"The textiles industry was a main driver in Lancashire. New inventions to increase the production of cotton and wool products enabled a switch from the work being done by hand in people's homes (literally a cottage industry) to mechanised mills. Iron production using coal instead of wood was developed in Coalbrookdale in Shropshire, culminating in the construction of the first cast-iron bridge across the Severn in 1779. Water power in the first factories was replaced by coal-powered steam engines.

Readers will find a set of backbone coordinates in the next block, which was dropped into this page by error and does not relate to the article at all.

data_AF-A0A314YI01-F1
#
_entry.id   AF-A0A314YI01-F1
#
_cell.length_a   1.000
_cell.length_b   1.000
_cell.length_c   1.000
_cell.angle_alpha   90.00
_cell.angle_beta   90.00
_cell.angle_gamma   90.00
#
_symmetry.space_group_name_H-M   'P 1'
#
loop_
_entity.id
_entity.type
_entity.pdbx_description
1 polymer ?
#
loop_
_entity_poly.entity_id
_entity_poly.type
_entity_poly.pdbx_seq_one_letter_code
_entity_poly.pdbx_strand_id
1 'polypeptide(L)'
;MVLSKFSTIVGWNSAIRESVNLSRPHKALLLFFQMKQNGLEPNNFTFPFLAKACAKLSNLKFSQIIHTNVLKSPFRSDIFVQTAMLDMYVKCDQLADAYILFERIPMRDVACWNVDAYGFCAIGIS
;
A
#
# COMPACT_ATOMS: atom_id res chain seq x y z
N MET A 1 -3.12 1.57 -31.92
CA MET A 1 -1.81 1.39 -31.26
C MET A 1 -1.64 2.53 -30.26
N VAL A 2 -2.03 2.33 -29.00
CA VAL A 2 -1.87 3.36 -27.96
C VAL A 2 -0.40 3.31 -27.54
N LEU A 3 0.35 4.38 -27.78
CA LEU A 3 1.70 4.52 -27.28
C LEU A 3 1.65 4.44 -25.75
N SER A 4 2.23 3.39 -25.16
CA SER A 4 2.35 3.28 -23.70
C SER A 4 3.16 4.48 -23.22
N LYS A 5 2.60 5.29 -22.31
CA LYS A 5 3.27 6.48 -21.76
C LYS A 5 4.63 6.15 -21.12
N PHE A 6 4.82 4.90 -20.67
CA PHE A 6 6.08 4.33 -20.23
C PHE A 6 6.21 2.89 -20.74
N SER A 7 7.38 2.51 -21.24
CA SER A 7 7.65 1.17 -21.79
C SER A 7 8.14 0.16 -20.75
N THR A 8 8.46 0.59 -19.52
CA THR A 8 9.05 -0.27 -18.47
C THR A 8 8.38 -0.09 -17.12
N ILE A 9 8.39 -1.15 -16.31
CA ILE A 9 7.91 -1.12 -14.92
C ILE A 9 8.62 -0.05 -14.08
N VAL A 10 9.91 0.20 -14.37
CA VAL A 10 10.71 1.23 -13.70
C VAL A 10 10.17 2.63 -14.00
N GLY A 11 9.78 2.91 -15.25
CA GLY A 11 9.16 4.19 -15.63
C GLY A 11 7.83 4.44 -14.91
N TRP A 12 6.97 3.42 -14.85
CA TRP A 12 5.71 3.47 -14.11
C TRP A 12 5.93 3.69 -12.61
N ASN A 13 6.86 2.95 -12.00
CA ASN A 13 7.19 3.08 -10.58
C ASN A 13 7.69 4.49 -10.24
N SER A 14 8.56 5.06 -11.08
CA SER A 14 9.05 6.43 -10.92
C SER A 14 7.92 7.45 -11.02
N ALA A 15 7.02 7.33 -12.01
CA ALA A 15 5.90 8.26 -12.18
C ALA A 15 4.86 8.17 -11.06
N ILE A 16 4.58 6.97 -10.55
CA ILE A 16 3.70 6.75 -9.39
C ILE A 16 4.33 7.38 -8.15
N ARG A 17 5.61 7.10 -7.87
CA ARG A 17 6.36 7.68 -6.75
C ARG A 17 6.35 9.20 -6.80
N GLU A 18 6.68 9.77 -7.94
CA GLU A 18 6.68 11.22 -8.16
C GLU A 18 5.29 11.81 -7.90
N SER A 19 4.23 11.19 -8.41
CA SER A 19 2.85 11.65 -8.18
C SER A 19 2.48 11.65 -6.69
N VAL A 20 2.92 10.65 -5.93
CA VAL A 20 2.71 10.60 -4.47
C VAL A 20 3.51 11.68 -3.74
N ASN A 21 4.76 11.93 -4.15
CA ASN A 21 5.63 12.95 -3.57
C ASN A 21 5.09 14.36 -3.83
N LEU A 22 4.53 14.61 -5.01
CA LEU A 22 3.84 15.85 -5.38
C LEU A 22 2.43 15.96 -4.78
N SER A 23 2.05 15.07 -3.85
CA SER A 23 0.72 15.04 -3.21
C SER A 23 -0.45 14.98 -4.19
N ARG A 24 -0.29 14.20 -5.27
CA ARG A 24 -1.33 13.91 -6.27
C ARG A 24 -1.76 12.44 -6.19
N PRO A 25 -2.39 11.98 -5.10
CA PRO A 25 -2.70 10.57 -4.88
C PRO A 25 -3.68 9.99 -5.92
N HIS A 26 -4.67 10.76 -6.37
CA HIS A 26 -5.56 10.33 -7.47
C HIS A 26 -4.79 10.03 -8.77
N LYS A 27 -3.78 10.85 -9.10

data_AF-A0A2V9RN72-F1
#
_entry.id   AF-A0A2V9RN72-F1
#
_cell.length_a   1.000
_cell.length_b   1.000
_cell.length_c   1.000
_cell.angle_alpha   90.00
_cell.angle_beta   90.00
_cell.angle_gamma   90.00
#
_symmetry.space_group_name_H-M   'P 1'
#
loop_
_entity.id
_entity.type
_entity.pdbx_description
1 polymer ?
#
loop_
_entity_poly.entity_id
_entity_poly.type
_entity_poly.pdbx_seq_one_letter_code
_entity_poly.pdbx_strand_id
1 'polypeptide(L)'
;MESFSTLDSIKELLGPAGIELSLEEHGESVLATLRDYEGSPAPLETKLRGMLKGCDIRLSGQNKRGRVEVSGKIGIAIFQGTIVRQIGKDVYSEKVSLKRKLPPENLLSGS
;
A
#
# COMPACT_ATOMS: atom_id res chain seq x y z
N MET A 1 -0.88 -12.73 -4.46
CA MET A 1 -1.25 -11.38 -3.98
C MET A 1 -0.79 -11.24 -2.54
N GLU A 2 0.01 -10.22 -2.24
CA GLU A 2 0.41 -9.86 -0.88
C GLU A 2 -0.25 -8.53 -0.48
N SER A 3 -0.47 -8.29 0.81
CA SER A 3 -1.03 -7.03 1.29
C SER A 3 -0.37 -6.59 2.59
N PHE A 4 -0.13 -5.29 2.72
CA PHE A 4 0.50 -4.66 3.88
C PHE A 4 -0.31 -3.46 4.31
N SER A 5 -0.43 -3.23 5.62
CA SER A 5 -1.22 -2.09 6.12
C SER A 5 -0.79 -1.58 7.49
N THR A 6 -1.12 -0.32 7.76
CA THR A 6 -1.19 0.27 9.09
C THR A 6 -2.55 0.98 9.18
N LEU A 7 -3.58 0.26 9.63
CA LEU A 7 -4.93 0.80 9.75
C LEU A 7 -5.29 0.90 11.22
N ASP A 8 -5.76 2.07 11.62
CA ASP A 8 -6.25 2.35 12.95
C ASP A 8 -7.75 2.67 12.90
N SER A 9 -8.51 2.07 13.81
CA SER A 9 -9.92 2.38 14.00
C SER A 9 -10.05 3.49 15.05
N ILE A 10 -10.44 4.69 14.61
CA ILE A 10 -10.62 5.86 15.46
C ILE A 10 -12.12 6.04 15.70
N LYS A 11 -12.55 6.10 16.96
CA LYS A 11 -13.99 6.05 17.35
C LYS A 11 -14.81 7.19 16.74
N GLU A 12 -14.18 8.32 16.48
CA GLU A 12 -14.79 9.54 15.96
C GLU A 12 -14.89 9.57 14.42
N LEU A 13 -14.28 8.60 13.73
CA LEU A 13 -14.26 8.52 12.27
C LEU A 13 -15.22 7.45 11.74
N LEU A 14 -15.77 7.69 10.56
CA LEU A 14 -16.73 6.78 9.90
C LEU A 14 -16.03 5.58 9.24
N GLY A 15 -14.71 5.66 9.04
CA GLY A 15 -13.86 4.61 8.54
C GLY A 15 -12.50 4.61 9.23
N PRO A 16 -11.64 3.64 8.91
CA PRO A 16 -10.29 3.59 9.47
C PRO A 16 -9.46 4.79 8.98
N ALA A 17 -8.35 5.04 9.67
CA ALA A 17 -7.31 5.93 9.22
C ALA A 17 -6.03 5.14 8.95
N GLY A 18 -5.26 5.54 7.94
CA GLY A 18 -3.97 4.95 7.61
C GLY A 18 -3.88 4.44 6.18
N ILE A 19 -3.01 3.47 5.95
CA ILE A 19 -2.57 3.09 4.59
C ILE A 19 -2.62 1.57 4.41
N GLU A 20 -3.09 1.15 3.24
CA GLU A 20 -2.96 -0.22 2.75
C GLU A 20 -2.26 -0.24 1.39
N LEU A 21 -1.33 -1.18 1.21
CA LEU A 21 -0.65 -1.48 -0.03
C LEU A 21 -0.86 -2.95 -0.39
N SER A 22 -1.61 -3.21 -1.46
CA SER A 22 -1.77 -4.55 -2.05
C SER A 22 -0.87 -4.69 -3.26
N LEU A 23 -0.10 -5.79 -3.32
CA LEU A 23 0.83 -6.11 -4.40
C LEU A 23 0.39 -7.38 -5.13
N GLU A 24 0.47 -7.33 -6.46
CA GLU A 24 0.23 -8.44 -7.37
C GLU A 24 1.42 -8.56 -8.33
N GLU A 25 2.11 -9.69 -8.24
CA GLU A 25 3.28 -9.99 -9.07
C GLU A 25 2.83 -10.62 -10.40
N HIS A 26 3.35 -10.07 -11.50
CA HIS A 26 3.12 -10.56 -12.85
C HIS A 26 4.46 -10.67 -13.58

"Prior to the Industrial Revolution, families often spun yarn and wove cloth to make their own clothing or to sell. These traditional practices could not compete with the new manufacturing methods being set up in cities like Manchester. With work in the countryside collapsing, people poured into the cities. Manchester expanded from 75,000 people in 1801 to 645,000 in 1901. West of Manchester, the city and port of Liverpool grew at an even greater rate. Facing the Atlantic, Liverpool was ideally located to trade with North America and the West Indies and to export the products of Manchester and other industrial cities. The world's first wet dock, capable of handling a hundred ships, was built in Liverpool in 1715. Liverpool became a major centre for the slave trade, starting with one slave ship in 1699, then increasing to 40 per cent of the world's slave trade a hundred years later. The population increased from 4,240 in 1700 to 80,000 in 1800, making it the second largest city in Britain after London, a position it held for sixty years until overtaken by Glasgow. A canal was built to link Liverpool to Manchester in 1721, followed by the world's first railway between cities in 18 30. By the mid-nineteenth century Britain dominated world trade, with Liverpool taking a leading role. While this boom generated great wealth and power, it also created enormous health and social problems.